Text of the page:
Give 67’s GM some credit for the team’s consistent success

By Jared Hall

Lost amidst the accolades honouring Brian Kilrea’s illustrious coaching
career is his brilliant record as the team’s general manager. Yes,
Kilrea’s coaching has inspired some pretty grand achievements but it’s
his knack for procuring and developing talented hockey players that
keeps the 67’s contending among the league’s elite. Consider these
achievements since 1995-96:

· 1999 Memorial Cup

· 2001 OHL Championship

· 3 trips to the OHL finals

· 5 consecutive Eastern division regular season crowns
  (95-96 through 99-00)

· Overall record:

· 16 players drafted to the NHL including 4 first-rounders.
  (Nick Boynton only counted once)
So how does he manage to keep the 67’s on top while most teams go
through cycles of peaking and rebuilding?

First of all, the foundation for Ottawa’s success starts at the draft
table. Kilrea realizes that defence wins championships and he drafts
accordingly. From 1994 to 2001, six of Ottawa’s eight first rounders
have been defencemen. And with credit to top-notch scouting led by Joe
Rowley, the 67’s have produced these blue-chip defenders:

Luke Sellars2nd round draft choice, Atlanta
Jeremy Van Hoof2nd round draft choice, Pittsburgh
Jonathan Zion4th round draft choice, Toronto
Nick Boynton1st round draft choice, Washington and Boston
                MVP 1999 Memorial Cup
Brian Campbell6th round draft choice, Buffalo
                1998-99 CHL Player of the Year and OHL 1st Team All-Star
Sean Blanchard4th round draft choice, Los Angeles
                1996-97 CHL Defenceman of the Year
                Twice named to OHL 1st Team All-Star
Brendan BellRated 15 among North American prospects by NHL Central Scouting
Seamus Kotyk5th round draft choice, Boston
                2001 OHL playoff MVP
Lavente Szuper4th round draft choice, Calgary
Craig Hillier1st round draft choice, Pittsburgh
                1995-96 OHL 1st Team All-Star
Secondly, Kilrea prefers to develop his own talent and rarely trades for
impact players. This proves to be less costly than filling gaps in the
roster via the trade route. He subscribes to the “rule of 6” that sees
an even balance of six 17, 18 and 19 yr olds on the roster each season –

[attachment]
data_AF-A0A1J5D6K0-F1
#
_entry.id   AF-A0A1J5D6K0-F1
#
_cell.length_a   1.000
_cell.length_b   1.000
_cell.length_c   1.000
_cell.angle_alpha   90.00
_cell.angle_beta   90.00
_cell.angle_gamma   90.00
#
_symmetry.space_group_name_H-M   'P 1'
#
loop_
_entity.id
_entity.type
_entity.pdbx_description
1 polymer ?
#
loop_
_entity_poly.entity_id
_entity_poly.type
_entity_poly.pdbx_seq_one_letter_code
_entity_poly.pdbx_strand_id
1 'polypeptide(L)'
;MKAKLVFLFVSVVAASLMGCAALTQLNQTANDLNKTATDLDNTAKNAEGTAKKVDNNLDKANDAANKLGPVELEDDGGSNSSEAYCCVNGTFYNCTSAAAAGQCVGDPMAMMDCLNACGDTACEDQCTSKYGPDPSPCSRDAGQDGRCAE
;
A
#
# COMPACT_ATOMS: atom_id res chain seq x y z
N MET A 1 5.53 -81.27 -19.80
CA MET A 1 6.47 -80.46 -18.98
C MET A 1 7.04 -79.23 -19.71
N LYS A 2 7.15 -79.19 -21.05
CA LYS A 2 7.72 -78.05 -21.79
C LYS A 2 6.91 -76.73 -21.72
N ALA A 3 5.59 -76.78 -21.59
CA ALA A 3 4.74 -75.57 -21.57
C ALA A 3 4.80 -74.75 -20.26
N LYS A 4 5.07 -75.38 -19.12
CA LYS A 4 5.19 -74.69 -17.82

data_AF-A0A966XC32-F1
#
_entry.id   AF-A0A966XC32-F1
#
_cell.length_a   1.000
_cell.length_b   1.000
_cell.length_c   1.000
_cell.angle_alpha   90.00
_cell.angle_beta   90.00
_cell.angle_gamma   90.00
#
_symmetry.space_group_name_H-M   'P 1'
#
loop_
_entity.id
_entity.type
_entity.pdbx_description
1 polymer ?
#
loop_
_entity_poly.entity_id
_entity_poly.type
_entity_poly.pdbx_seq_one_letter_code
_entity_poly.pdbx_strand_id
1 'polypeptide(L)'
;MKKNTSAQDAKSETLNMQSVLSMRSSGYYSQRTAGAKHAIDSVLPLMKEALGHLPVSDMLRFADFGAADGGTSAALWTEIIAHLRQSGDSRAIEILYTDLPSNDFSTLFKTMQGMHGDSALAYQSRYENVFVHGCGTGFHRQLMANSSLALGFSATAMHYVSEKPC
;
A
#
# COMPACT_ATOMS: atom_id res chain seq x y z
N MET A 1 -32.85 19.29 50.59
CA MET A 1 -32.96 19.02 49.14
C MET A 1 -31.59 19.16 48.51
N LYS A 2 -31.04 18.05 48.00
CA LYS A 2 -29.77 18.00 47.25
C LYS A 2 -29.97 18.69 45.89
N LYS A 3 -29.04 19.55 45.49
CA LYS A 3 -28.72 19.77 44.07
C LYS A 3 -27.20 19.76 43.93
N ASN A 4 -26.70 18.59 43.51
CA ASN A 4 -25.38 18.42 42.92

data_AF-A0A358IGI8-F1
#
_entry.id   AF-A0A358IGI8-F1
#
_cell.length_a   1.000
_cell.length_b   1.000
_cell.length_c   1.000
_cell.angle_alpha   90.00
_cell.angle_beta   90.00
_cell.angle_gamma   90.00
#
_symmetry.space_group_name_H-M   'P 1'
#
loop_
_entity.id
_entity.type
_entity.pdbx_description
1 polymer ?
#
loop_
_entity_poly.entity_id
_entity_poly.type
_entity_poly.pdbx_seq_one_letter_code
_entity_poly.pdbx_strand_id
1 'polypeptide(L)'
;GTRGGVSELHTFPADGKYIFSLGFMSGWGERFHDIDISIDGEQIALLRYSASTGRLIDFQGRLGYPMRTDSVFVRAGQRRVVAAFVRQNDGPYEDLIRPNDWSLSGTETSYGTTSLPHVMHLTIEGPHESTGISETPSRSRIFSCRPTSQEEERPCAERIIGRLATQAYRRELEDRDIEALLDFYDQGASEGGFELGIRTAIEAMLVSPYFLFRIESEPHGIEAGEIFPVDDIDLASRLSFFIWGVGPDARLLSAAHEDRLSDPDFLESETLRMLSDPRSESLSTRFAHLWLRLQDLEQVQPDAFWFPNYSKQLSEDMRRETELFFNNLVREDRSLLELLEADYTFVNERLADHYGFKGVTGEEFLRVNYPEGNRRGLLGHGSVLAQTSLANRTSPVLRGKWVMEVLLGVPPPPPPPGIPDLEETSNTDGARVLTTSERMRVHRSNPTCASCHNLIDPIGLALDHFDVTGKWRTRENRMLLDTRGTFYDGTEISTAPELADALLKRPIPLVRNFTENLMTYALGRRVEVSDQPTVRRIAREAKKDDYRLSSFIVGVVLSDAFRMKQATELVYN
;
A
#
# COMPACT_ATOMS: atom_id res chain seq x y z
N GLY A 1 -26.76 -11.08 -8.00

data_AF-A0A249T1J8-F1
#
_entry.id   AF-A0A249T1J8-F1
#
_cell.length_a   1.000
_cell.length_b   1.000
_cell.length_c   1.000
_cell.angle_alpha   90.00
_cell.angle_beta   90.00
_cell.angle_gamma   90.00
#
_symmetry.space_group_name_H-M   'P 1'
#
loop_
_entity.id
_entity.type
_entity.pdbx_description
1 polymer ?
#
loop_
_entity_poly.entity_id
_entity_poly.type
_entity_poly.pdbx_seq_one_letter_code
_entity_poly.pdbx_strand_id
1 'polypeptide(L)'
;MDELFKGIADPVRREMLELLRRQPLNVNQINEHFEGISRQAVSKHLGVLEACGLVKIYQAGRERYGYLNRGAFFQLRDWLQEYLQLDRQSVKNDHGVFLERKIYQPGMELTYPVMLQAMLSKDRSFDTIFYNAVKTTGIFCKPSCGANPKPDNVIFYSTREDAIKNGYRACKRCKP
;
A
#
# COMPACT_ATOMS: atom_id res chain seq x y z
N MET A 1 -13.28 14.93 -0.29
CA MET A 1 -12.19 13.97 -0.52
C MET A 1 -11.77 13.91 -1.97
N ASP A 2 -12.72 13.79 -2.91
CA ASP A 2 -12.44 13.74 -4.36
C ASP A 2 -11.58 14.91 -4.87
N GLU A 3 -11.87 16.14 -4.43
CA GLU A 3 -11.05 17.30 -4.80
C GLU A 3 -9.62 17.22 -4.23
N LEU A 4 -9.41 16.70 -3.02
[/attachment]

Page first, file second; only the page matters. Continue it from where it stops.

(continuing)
give or take one; before you go reaching reach for the media guide.
Kilrea’s believes in keeping a balanced, stable roster that allows
rookies to develop gradually, freed from unrealistic expectations all
the while stoking their hunger for future starring roles. He also takes
a commendably firm stance against players and agents who demand to be
moved. Top four defenseman Luke Sellars was unable to force a trade
earlier this season.

Maintaining a balanced roster also provides three effective over-agers
for the following season without having to deal for help. In fact,
Kilrea has displayed quite a knack for developing OAs: quality players
that don’t quite fit the mould of a prototypical NHLer, therefore do not
graduate to minor-league or NHL assignments once eligeable. Players
such as Kotyk, Joe Talbot, Lance Galbraith, Dan Tessier, David Bell and
Troy Stonier and Dan Tudin are all home-grown talents who’ve played
prominent roles in their overage seasons.

These methods contradict a well-known OHL convention for success that
sees teams load up on veteran talent for a run at the J. Ross Robertson
Cup only to face the unenviable task of re-building with a depleted
talent base. Watch for Sudbury to struggle next season, having added
veterans Fedor Fedorov and Dan Jancevski to bolster this year’s
championship bid. So while the Wolves and other teams continue to ride
the metaphorical roller coaster, Ottawa fans can thank their general
manager for keeping the 67’s atop the OHL standings year after year.